It was not a huge amount of items to purchase, but by the time I was finished we had a large bag of items to try and drag home with us on the bike. Fortunately I had brought a big bag for just that purpose, and it managed to sit on the platform between my legs for the journey. By the time that we had finished purchasing all of these items the store was already closed up. A big board had been placed over the entry doors and the fan, our only source of cooling during these really hot days was switched off.

It was after 12.30pm and everything was now shut, so we headed back toward home for the siesta. On the way I stopped off to pick up my freshly washed clothes at the laundry service, adding that also to the pile of parts that I was already struggling to hang onto with my legs as we cruised along. When we got back, I dropped off Sergio and set to work on my bike. Now that I had the parts it was time to replace them.

Getting Greasy
The first change I made to my bike on my return was taking that bald front tyre off and heading back to my tyre man to put the new tyre and tube on it. It was a bit of a struggle and he needed some help to get the old tyre off the rims, but I returned with a very cool looking wheel which I then fitted to the front of my bike.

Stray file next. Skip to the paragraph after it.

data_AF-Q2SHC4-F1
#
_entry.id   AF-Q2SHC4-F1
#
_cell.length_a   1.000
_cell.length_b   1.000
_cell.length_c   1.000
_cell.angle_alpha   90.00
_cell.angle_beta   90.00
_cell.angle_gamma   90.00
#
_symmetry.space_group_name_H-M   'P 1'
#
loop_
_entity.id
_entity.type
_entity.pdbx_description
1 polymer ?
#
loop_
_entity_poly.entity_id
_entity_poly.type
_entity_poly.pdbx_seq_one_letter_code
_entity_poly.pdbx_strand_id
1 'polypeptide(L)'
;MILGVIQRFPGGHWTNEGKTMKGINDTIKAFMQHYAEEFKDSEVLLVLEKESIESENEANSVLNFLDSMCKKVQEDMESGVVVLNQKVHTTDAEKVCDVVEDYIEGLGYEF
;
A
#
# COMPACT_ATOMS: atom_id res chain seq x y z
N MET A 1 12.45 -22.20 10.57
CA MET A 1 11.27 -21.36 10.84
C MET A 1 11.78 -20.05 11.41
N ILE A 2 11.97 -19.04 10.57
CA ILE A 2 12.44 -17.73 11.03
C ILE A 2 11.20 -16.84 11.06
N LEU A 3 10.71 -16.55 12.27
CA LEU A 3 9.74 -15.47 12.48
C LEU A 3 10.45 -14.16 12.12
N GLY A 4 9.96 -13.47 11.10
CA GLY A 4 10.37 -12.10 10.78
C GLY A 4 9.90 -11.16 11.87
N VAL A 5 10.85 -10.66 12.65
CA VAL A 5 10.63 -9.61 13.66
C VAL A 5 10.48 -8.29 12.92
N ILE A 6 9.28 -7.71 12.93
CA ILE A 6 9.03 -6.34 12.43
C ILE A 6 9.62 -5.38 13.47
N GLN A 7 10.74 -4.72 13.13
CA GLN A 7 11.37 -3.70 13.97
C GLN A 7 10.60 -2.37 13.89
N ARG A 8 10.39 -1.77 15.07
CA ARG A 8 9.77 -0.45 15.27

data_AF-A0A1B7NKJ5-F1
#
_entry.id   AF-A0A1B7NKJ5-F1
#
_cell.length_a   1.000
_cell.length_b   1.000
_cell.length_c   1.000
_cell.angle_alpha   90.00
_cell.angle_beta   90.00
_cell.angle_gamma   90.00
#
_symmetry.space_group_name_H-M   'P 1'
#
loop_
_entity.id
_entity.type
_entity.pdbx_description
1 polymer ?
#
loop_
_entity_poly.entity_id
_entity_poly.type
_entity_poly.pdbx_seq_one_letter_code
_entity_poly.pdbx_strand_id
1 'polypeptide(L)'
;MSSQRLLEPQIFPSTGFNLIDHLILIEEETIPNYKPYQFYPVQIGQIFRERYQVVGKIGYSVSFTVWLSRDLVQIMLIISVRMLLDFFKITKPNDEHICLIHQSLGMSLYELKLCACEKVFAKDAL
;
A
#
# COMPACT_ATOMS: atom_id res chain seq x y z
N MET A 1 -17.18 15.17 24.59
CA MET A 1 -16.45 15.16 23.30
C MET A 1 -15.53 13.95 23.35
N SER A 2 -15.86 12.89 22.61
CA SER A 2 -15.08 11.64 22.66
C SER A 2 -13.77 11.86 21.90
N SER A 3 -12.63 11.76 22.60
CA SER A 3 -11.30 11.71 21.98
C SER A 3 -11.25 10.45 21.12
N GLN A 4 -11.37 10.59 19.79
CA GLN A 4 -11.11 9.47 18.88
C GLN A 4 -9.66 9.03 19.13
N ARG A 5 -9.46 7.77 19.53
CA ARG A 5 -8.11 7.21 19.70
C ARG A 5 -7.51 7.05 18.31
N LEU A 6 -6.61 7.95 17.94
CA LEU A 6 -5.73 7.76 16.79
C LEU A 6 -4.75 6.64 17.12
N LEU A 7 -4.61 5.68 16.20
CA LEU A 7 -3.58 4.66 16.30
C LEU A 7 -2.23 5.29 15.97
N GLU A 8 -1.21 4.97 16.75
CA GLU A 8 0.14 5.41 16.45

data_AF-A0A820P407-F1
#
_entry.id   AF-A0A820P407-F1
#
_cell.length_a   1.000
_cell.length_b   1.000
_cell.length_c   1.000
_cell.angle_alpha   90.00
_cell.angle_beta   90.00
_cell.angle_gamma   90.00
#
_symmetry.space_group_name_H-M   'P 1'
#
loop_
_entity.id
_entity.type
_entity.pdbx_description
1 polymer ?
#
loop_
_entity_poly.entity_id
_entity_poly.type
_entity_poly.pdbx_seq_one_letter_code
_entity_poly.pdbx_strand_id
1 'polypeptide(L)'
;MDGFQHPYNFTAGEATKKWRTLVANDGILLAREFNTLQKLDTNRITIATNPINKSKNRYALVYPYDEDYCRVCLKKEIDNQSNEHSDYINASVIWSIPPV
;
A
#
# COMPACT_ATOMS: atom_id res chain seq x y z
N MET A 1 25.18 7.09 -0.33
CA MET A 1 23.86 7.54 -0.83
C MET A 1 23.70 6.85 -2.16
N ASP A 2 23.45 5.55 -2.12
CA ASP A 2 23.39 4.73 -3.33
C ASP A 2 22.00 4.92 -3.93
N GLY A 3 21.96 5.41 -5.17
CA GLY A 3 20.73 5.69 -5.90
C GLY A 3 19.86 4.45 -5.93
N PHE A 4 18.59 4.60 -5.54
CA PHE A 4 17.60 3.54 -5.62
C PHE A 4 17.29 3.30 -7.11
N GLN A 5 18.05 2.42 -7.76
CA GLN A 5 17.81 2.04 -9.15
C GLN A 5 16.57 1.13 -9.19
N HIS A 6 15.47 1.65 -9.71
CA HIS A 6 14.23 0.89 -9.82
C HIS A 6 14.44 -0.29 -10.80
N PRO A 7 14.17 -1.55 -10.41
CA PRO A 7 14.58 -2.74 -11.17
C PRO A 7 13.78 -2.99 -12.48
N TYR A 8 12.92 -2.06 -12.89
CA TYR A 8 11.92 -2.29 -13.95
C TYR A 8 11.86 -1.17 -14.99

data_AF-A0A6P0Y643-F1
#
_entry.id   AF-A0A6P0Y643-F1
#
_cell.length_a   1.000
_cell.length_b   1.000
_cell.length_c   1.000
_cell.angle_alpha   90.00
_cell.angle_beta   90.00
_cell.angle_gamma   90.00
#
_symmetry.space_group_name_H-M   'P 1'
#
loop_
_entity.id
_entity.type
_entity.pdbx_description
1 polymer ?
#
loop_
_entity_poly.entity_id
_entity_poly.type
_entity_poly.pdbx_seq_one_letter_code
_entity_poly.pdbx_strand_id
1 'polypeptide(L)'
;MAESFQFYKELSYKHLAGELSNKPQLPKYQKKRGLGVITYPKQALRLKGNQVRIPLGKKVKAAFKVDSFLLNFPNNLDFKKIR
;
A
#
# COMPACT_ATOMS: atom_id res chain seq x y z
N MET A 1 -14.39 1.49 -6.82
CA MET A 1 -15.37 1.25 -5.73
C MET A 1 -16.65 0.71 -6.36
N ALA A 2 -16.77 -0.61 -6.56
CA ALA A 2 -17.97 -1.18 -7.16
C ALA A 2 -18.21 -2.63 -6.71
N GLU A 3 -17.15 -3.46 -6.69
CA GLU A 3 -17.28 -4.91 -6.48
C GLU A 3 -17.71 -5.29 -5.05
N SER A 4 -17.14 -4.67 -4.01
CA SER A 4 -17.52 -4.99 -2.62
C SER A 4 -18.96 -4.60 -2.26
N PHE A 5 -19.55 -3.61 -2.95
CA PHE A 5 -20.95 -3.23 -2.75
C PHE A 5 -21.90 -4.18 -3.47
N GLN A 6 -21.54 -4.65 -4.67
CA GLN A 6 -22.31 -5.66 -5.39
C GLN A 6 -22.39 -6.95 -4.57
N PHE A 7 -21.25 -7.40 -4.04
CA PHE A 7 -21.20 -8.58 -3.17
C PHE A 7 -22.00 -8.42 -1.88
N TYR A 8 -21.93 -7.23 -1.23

new tyre
Both tyres on the bike were replaced with these new ones.

Next up was changing the cables. Virtually every cable on the bike was broken, breaking, or bent, and it was amazing that they had all lasted for as long as they did. The cables that I purchased were good, but not great, and each one was much longer than it needed to be, requiring cutting down to the right lengths. Each cable replaced changed the feel of that item completely.

The accelerator suddenly felt a lot more responsive when I removed the extra spring that had been added to counteract the old sticking cable. The gears on their throttle-like spinning handgrip finally started to work in the correct position rather than having the clutch lever pointing up in the air most of the time. The clutch immediately felt a lot lighter even though it did not change its behaviour, and although the front brake never really improved the cable was now doing what it needed to do – it was inside that was causing the problem now.